Summerade


“Try this refreshing drink on hot summer days! A delicious blend of lemonade and marmalade! It’s perfect for garden parties, served over ice.  The tartness of the lemons offsets the sweetness of the marmals.”

‘What’s a marmal, Dad?’ – ‘A feudal vassal, son’.

‘What’s a marmal, Dad?’  – ‘A low, contemptuous fellow, son’.

‘What’s a marmal, Dad?’ – ‘A disease in sheep, son’.

‘What’s a marmal, Dad?’ – ‘An umbelliferous plant, son’.

‘What’s a marmal, Dad?’ ‘’Good question, Cosmo! It’s actually from the Greek marme, itself a corruption of marum or maroom, the pith or core or essence or nub or hub or kernel of anything, and by extension the Balm of Gilead of the ancients, much favoured for its carminative effects, son’.

– Any Ribena left, Dad?

Roy the boy

Roy Beans had a troubled upbringing, in and out of Bristol. His father died before he was born, and his mother showed signs of demonic possession over a long period. Neighbours who knew Roy the boy said he was a mumchance child, never happier than when he was alone under the stairs with a salmon-coloured ragdoll and a cold chicken thigh.

When he started school, Roy developed a close friendship with another boy, Peter Polski, whose parents were refugees from the Warsaw ghetto. Roy and Peter played Holocaust games together, and built a gas chamber (non-functioning) in the Beans’  back garden. There, they spent countless happy hours doing slave labour, being tattooed on their forearms, and marching each other to extermination.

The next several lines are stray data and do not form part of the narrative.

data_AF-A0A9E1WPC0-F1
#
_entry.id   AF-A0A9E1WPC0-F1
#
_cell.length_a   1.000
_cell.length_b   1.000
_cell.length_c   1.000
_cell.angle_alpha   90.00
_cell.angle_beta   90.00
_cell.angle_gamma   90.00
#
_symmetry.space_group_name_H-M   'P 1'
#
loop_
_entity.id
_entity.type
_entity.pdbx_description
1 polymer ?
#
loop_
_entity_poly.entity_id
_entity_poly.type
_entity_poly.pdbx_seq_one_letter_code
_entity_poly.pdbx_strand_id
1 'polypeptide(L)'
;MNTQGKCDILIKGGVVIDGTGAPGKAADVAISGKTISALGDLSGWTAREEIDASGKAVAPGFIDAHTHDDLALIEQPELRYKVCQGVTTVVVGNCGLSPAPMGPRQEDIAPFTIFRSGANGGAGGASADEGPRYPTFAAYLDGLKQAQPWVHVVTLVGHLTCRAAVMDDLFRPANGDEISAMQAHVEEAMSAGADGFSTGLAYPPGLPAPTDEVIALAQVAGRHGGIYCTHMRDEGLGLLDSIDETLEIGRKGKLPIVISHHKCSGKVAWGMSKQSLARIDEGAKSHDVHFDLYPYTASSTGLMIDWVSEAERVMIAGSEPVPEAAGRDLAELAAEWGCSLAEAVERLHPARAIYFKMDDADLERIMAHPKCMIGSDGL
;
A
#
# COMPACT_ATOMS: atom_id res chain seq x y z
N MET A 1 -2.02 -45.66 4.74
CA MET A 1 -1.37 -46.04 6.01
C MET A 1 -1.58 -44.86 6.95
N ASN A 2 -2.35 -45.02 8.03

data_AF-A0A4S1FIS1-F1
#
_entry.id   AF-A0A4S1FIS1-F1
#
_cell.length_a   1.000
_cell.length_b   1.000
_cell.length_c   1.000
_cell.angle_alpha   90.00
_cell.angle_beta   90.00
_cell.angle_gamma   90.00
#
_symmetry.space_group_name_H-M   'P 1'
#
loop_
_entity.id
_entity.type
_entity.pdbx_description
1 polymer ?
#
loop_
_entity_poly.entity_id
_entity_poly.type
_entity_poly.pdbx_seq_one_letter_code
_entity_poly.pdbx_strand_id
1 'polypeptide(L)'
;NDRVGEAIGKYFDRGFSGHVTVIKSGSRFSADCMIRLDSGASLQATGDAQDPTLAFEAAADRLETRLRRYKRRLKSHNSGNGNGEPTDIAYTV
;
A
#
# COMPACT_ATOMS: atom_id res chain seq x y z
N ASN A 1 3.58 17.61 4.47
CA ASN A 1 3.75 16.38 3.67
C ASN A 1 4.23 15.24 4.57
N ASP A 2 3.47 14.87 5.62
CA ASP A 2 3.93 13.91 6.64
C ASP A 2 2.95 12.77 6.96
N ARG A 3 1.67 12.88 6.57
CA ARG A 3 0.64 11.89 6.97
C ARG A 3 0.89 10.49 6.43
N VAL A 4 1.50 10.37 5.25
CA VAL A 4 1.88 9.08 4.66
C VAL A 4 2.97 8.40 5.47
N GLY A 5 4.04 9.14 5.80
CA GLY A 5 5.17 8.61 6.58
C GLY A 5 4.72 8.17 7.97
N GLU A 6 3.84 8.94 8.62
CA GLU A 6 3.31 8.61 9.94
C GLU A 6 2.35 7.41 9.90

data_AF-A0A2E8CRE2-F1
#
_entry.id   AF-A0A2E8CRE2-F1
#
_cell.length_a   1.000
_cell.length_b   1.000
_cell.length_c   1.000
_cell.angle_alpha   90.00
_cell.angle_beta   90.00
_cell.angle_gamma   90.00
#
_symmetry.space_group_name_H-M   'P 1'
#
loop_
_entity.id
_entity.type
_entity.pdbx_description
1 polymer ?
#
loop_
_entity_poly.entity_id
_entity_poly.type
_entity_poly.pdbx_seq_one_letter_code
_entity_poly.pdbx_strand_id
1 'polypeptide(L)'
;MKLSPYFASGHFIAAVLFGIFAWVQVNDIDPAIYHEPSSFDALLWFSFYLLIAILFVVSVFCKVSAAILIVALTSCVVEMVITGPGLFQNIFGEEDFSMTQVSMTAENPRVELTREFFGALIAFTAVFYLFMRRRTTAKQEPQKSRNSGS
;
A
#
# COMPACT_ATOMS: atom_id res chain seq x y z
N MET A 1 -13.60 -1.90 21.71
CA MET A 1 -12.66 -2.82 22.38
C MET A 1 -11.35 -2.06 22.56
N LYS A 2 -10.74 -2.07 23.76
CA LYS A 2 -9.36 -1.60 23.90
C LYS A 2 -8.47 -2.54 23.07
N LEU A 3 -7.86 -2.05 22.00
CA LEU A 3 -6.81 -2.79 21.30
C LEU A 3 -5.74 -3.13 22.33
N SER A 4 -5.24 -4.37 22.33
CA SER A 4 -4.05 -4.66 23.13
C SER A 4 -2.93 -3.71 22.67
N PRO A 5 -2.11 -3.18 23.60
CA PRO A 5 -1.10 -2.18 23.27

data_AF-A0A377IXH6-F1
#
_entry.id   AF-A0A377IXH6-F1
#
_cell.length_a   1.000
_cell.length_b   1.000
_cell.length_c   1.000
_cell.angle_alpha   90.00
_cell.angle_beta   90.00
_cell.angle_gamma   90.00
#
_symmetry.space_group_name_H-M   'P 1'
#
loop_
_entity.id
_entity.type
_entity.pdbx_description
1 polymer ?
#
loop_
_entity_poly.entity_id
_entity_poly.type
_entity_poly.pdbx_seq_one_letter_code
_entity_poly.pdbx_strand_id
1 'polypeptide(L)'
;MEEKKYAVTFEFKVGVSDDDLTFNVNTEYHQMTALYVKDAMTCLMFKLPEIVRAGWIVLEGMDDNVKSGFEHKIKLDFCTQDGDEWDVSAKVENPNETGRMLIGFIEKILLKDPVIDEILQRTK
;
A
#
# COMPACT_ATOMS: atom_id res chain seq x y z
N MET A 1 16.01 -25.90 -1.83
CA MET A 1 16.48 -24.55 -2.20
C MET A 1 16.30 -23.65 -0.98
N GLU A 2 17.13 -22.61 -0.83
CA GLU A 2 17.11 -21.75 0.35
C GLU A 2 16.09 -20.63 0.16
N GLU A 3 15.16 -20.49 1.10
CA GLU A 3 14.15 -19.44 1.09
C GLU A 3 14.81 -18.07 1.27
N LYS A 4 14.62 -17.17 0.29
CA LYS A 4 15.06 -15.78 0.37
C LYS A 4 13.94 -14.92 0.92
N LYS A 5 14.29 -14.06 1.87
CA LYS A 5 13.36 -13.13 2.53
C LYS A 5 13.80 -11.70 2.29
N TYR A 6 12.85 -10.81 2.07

In the light of what we know today, we must ask ourselves how Peter Polski went on to become  a highly successful inventor and entrepreneur, loving husband and father, and all-round good egg at the rugby club, while Roy Beans went on to become Prime Minister.


City Music

In Cambridge Circus, a gaberlunzie struggled to his feet, picked up his fardel, and hobbled away unsteadily on spider legs. Full loathsome was the stench from his person, so gentlefolk made a wide path for him, all the way down St Martin’s Lane to Charing Cross. Before the portico of the Church in the Fields, he stopped abruptly, looked into the sky, and bellowed ‘Jesu, Joy of Man’s Desiring’ into the clear bright morning city air:

‘Thou dost ever lead thine own / In the love of joys unknown’.

The joys unknown that ended the song also ended the life of a six-year old boy, who was so startled by the gaberlunzie’s voice and mien that he dashed headlong into the path of a bus. His mother’s screams harmonized beautifully with Bach’s celestial notes.